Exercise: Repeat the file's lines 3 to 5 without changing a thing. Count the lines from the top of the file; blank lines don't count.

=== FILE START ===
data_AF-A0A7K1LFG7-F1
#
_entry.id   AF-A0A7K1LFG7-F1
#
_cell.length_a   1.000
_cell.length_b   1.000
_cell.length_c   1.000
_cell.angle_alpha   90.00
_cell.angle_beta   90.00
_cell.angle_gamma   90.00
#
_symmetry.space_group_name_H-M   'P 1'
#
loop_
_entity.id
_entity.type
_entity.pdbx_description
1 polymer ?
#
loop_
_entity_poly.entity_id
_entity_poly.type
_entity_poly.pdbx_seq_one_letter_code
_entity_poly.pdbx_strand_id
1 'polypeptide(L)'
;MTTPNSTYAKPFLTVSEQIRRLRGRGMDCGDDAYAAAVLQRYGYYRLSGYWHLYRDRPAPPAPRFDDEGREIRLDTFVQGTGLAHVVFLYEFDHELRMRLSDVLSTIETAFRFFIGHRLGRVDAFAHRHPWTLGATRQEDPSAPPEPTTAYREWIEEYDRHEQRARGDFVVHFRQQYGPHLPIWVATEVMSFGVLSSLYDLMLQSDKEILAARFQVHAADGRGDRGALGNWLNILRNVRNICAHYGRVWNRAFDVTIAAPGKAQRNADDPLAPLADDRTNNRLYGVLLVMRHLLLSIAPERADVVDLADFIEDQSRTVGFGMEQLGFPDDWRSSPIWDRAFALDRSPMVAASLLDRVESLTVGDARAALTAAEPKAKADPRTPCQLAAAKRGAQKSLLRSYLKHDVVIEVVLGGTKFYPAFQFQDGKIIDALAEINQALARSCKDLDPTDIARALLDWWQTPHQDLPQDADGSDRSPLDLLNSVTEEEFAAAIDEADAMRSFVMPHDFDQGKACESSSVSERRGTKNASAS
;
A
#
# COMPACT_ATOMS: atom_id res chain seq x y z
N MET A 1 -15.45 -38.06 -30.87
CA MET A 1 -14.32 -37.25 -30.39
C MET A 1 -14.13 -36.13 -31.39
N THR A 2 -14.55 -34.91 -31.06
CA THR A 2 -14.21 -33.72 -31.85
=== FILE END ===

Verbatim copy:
_entry.id   AF-A0A7K1LFG7-F1
#
_cell.length_a   1.000